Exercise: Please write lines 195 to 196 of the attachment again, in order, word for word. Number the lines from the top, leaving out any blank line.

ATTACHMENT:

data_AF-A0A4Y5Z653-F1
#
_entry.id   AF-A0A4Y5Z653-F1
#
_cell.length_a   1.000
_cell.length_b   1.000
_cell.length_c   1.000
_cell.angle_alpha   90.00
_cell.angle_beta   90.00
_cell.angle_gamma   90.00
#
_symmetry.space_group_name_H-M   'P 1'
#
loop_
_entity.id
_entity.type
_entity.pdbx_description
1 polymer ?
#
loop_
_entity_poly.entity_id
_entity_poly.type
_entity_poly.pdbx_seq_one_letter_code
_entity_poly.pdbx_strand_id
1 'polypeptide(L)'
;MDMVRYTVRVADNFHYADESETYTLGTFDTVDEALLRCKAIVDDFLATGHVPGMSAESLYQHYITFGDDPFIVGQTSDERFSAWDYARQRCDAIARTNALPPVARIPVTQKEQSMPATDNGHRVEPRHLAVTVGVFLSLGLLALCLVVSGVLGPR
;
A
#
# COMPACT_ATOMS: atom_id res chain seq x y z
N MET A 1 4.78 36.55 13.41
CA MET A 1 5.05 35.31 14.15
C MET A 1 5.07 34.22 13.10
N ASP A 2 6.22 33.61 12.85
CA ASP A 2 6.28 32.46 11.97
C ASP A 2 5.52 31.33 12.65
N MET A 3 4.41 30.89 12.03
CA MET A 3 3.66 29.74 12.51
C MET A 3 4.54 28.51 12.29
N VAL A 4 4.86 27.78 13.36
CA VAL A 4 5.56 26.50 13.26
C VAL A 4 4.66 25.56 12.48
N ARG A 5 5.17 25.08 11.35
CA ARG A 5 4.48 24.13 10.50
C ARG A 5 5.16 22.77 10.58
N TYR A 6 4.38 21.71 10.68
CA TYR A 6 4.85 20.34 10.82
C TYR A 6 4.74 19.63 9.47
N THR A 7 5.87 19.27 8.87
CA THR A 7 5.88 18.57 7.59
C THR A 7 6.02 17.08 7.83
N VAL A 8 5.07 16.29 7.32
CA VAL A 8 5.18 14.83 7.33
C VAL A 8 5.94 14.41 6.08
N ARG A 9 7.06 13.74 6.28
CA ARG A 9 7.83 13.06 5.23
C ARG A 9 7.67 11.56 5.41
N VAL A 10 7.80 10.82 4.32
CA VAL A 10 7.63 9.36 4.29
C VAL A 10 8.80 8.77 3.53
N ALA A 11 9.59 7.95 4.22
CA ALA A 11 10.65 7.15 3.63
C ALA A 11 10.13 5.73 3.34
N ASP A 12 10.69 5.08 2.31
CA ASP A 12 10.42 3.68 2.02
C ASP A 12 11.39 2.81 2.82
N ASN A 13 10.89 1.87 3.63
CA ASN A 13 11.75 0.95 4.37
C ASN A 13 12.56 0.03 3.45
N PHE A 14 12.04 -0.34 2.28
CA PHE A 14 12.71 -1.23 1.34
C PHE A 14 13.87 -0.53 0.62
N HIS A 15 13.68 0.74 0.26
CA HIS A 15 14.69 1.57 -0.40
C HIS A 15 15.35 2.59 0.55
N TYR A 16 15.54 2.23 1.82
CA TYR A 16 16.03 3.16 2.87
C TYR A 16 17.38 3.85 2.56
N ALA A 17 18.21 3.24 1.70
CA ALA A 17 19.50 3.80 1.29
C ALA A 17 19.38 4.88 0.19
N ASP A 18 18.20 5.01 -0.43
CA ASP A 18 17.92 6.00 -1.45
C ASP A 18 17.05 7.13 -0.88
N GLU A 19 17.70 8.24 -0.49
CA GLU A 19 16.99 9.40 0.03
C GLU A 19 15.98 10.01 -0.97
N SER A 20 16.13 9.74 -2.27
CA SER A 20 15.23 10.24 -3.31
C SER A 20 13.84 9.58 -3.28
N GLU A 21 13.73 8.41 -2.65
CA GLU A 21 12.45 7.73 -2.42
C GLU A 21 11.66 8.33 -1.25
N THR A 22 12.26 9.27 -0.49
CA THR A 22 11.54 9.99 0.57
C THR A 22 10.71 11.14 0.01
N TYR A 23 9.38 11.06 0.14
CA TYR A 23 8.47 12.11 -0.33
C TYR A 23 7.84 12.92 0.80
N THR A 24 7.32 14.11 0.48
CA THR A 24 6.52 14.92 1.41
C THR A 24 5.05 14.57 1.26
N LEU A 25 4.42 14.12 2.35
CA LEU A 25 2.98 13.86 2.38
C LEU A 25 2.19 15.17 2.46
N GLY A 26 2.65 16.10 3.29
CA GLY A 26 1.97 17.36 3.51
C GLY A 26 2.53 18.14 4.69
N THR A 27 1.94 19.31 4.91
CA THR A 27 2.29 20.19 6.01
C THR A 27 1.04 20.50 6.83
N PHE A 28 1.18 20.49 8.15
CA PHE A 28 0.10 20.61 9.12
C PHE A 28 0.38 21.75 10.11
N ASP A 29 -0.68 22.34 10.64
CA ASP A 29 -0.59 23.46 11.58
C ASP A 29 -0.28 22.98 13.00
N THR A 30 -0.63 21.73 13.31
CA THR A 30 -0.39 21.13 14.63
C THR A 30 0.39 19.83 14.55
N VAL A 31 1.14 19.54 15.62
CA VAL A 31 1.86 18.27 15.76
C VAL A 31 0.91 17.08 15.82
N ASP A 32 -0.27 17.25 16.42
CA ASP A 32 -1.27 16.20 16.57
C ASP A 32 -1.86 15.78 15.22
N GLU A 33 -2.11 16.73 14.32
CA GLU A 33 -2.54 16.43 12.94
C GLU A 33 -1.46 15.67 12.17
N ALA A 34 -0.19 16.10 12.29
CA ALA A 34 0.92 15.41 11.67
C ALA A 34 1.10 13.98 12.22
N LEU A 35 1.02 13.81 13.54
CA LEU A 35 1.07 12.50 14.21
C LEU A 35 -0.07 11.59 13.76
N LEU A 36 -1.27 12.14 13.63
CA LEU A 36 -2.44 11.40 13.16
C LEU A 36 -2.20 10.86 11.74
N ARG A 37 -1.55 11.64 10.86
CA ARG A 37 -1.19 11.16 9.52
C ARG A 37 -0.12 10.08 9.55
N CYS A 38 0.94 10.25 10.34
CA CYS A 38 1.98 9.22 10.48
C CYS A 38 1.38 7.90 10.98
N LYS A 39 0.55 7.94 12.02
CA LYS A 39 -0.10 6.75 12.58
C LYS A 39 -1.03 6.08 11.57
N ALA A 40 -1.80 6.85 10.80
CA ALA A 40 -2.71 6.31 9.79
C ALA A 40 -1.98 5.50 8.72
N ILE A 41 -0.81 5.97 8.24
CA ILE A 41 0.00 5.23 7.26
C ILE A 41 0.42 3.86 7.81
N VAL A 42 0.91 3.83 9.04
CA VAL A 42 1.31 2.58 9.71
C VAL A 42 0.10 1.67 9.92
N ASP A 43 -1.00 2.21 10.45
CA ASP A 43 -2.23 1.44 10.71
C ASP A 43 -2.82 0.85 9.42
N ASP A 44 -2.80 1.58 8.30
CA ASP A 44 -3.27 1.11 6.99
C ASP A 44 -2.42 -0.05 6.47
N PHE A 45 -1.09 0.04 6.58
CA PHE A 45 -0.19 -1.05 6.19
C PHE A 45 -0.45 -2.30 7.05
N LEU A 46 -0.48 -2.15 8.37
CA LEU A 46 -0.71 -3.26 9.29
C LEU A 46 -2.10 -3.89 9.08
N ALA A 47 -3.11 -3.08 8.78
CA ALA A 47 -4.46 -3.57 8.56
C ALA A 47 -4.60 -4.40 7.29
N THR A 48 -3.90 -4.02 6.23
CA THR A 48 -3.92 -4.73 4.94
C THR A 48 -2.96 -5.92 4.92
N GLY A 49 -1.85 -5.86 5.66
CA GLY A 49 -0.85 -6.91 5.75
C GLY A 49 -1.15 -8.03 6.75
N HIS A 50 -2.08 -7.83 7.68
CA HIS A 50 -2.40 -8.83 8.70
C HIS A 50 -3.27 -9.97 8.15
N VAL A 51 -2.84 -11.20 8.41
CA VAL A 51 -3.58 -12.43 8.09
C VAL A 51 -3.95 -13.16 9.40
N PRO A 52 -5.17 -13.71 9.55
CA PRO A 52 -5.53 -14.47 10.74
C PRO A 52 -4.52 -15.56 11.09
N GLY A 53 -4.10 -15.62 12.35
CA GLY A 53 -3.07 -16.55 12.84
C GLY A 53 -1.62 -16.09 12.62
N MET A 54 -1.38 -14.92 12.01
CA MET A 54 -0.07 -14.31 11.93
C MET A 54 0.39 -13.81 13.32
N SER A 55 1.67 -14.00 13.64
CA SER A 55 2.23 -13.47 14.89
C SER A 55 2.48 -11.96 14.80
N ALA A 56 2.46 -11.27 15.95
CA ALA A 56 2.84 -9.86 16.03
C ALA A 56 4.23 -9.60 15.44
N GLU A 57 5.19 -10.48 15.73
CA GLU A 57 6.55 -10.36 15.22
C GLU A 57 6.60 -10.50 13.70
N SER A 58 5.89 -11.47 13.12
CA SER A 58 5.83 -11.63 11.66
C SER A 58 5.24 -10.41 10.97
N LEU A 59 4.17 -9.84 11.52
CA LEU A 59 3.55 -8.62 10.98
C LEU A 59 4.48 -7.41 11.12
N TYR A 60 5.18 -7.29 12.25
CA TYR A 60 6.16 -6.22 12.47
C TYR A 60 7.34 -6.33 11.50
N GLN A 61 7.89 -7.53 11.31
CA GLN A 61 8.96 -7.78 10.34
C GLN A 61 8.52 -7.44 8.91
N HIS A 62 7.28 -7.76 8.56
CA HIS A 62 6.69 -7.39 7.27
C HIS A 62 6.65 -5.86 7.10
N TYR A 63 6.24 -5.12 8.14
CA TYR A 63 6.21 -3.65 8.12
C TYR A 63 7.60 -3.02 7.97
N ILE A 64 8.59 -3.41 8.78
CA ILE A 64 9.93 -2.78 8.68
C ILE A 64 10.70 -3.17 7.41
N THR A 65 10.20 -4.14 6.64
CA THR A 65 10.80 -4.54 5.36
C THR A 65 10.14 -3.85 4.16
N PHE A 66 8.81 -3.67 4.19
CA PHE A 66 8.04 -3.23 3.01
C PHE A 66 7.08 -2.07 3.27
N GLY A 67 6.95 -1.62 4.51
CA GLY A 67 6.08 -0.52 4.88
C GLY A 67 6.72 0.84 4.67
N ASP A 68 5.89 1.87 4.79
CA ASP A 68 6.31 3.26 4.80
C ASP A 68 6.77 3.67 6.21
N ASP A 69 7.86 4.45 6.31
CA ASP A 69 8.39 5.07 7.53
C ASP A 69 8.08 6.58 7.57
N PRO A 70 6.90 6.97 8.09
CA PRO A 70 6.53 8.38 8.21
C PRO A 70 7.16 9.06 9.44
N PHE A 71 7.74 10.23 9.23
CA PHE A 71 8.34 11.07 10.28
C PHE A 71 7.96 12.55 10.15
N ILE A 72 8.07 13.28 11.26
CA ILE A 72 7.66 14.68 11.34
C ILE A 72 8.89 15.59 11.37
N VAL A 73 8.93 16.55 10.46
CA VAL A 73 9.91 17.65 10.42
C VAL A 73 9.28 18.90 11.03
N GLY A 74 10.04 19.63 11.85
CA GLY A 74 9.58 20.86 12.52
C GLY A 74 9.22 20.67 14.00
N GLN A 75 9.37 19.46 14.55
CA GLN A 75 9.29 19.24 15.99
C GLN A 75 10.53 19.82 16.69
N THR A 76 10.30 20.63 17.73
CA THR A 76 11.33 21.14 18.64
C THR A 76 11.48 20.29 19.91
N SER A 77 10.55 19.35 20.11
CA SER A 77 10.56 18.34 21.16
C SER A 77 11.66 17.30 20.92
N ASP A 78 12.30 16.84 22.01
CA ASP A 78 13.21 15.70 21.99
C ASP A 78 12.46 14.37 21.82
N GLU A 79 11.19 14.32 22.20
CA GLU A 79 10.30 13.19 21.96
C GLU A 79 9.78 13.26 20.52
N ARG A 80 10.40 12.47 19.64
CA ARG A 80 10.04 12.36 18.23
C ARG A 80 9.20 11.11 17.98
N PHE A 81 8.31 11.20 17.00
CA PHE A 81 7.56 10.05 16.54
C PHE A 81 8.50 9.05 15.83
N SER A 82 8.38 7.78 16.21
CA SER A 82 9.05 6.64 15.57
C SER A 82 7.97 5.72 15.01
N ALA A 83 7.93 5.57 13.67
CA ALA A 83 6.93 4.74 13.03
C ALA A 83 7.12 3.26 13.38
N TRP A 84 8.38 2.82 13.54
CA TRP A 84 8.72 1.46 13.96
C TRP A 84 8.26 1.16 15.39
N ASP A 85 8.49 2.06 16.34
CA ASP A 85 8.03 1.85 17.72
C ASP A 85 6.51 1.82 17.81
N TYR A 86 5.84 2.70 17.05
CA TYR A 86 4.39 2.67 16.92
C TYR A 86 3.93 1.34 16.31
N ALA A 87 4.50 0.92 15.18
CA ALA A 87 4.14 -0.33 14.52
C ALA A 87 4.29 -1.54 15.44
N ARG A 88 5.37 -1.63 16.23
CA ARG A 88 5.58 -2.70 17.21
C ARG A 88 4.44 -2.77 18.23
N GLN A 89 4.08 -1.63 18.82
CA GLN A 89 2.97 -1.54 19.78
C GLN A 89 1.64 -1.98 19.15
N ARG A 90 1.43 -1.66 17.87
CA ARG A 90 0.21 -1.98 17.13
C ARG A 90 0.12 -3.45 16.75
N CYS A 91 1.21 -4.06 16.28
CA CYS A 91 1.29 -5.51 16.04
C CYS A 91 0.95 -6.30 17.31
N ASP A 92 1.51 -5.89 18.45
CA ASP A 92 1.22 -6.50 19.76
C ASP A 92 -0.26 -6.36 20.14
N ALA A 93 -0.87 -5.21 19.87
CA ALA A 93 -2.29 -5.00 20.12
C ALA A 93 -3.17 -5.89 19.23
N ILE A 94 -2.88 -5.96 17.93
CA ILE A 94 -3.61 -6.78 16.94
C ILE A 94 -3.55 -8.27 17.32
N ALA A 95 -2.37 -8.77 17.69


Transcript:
C SER A 55 2.48 -11.96 14.80
N ALA A 56 2.46 -11.27 15.95